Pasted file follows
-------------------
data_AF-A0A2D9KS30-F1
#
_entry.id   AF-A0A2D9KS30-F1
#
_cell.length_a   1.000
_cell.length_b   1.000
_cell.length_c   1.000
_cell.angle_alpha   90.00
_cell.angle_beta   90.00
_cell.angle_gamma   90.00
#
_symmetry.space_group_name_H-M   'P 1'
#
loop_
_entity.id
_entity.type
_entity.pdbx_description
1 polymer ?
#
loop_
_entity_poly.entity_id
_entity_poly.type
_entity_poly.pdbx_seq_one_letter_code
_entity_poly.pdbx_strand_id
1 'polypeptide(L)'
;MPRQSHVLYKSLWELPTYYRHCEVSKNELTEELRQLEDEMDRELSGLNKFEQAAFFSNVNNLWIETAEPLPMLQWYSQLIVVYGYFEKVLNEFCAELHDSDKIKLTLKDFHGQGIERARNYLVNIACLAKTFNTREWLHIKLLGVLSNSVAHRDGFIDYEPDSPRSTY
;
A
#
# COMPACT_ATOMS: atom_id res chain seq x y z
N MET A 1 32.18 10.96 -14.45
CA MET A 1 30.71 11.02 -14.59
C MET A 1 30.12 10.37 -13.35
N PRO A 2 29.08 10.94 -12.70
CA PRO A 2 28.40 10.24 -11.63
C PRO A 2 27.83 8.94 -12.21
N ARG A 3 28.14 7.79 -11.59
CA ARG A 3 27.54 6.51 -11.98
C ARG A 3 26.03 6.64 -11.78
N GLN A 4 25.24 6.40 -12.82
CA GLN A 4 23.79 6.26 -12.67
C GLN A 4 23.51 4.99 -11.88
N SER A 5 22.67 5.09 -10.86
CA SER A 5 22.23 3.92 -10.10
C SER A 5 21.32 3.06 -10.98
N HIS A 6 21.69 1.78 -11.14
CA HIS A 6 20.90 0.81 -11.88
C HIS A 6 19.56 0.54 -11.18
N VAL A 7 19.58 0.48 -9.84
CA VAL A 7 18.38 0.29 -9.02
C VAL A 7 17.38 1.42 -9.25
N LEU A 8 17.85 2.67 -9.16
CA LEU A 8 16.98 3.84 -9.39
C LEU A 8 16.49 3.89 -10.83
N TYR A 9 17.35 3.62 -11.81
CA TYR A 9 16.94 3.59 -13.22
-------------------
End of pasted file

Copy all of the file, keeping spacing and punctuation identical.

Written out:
data_AF-A0A2D9KS30-F1
#
_entry.id   AF-A0A2D9KS30-F1
#
_cell.length_a   1.000
_cell.length_b   1.000
_cell.length_c   1.000
_cell.angle_alpha   90.00
_cell.angle_beta   90.00
_cell.angle_gamma   90.00
#
_symmetry.space_group_name_H-M   'P 1'
#
loop_
_entity.id
_entity.type
_entity.pdbx_description
1 polymer ?
#
loop_
_entity_poly.entity_id
_entity_poly.type
_entity_poly.pdbx_seq_one_letter_code
_entity_poly.pdbx_strand_id
1 'polypeptide(L)'
;MPRQSHVLYKSLWELPTYYRHCEVSKNELTEELRQLEDEMDRELSGLNKFEQAAFFSNVNNLWIETAEPLPMLQWYSQLIVVYGYFEKVLNEFCAELHDSDKIKLTLKDFHGQGIERARNYLVNIACLAKTFNTREWLHIKLLGVLSNSVAHRDGFIDYEPDSPRSTY
;
A
#
# COMPACT_ATOMS: atom_id res chain seq x y z
N MET A 1 32.18 10.96 -14.45
CA MET A 1 30.71 11.02 -14.59
C MET A 1 30.12 10.37 -13.35
N PRO A 2 29.08 10.94 -12.70
CA PRO A 2 28.40 10.24 -11.63
C PRO A 2 27.83 8.94 -12.21
N ARG A 3 28.14 7.79 -11.59
CA ARG A 3 27.54 6.51 -11.98
C ARG A 3 26.03 6.64 -11.78
N GLN A 4 25.24 6.40 -12.82
CA GLN A 4 23.79 6.26 -12.67
C GLN A 4 23.51 4.99 -11.88
N SER A 5 22.67 5.09 -10.86
CA SER A 5 22.23 3.92 -10.10
C SER A 5 21.32 3.06 -10.98
N HIS A 6 21.69 1.78 -11.14
CA HIS A 6 20.90 0.81 -11.88
C HIS A 6 19.56 0.54 -11.18
N VAL A 7 19.58 0.48 -9.84
CA VAL A 7 18.38 0.29 -9.02
C VAL A 7 17.38 1.42 -9.25
N LEU A 8 17.85 2.67 -9.16
CA LEU A 8 16.98 3.84 -9.39
C LEU A 8 16.49 3.89 -10.83
N TYR A 9 17.35 3.62 -11.81
CA TYR A 9 16.94 3.59 -13.22